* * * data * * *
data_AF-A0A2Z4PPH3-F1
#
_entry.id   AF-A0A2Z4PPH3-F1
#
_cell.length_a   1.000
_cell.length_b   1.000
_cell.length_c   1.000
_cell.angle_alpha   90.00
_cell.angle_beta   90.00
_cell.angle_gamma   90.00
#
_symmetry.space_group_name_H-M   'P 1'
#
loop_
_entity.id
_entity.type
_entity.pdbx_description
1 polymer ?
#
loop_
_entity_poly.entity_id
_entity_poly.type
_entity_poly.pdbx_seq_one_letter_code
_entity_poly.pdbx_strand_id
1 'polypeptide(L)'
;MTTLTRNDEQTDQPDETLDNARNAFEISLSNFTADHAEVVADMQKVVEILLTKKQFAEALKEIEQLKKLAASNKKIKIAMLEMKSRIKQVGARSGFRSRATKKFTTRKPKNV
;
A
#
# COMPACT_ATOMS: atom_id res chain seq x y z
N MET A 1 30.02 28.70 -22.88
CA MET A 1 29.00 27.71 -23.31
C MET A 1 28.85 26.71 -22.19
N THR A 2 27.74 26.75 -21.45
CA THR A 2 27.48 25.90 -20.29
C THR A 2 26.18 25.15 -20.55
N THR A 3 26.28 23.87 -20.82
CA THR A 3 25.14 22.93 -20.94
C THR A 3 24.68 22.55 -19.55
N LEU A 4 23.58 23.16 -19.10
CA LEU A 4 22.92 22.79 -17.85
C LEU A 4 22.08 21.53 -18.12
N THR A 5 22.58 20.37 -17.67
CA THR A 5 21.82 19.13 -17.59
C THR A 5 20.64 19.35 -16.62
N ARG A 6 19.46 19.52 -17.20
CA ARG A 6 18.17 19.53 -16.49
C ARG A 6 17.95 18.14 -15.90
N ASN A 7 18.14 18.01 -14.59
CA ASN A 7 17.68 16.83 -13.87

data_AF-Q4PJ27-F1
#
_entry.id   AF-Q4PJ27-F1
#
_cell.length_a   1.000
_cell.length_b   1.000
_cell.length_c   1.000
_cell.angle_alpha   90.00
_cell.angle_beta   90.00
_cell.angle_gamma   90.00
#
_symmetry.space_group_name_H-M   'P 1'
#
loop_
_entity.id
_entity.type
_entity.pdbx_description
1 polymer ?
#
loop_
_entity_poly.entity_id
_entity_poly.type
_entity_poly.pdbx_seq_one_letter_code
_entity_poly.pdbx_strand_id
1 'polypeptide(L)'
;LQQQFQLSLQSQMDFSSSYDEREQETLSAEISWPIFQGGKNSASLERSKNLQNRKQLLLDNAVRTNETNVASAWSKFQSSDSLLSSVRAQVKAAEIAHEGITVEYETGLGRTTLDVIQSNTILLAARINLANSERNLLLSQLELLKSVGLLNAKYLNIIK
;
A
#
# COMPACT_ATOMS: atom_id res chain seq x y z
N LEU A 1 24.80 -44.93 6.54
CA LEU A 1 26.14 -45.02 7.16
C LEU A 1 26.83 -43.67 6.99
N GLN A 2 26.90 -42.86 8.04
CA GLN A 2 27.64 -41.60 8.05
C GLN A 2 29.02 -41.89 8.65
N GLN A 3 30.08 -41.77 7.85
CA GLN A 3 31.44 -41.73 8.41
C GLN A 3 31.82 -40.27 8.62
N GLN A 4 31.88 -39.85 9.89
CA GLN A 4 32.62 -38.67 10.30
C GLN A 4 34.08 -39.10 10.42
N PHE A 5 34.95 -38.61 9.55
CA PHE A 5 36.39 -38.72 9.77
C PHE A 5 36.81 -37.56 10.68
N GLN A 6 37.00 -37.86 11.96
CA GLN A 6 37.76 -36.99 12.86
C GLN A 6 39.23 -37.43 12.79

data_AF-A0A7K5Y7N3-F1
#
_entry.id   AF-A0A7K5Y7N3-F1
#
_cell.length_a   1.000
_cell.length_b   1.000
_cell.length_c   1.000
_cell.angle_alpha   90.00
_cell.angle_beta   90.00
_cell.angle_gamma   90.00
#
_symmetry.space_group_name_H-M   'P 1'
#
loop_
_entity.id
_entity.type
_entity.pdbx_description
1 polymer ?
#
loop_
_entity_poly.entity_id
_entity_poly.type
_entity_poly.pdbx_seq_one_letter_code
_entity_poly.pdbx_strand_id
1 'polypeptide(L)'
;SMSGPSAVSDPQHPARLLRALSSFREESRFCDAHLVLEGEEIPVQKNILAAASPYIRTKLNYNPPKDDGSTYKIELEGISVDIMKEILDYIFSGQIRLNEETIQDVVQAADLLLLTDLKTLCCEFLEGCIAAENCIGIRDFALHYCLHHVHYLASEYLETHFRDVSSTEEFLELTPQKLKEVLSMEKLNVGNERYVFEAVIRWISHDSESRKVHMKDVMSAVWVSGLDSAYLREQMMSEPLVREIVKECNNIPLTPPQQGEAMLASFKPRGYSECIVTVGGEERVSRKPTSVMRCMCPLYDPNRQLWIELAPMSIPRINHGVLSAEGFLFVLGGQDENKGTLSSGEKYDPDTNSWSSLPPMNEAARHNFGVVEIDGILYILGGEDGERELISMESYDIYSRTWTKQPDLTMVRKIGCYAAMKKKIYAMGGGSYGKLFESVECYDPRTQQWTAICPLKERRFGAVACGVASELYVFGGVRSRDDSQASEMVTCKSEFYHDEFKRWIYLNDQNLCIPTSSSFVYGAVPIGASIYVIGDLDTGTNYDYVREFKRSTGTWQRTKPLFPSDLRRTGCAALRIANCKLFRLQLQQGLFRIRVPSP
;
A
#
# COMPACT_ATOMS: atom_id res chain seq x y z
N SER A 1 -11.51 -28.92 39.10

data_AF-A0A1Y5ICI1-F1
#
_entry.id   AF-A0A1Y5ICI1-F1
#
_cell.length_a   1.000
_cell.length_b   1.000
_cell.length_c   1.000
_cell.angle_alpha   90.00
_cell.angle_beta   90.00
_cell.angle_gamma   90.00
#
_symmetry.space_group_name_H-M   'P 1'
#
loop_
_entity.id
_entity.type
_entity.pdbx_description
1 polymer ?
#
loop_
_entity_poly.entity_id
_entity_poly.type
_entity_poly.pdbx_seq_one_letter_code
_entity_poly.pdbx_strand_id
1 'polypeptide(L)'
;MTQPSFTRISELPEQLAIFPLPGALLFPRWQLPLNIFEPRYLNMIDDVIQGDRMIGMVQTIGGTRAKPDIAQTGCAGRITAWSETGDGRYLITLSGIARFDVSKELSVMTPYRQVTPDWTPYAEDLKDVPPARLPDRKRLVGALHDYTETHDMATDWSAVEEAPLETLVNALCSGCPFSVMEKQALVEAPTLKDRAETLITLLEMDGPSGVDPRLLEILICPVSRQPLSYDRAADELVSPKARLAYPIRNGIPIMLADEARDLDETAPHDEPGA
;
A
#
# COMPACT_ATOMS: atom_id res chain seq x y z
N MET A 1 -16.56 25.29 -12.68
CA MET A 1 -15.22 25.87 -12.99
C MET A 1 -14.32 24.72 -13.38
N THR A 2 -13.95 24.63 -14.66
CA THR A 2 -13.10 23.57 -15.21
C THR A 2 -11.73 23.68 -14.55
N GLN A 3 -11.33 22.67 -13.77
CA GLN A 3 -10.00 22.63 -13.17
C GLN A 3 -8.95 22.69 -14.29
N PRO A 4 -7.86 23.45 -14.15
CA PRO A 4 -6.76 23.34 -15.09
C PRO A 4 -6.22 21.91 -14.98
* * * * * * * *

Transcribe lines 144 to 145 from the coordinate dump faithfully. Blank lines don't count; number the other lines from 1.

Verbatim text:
_entity.id
_entity.type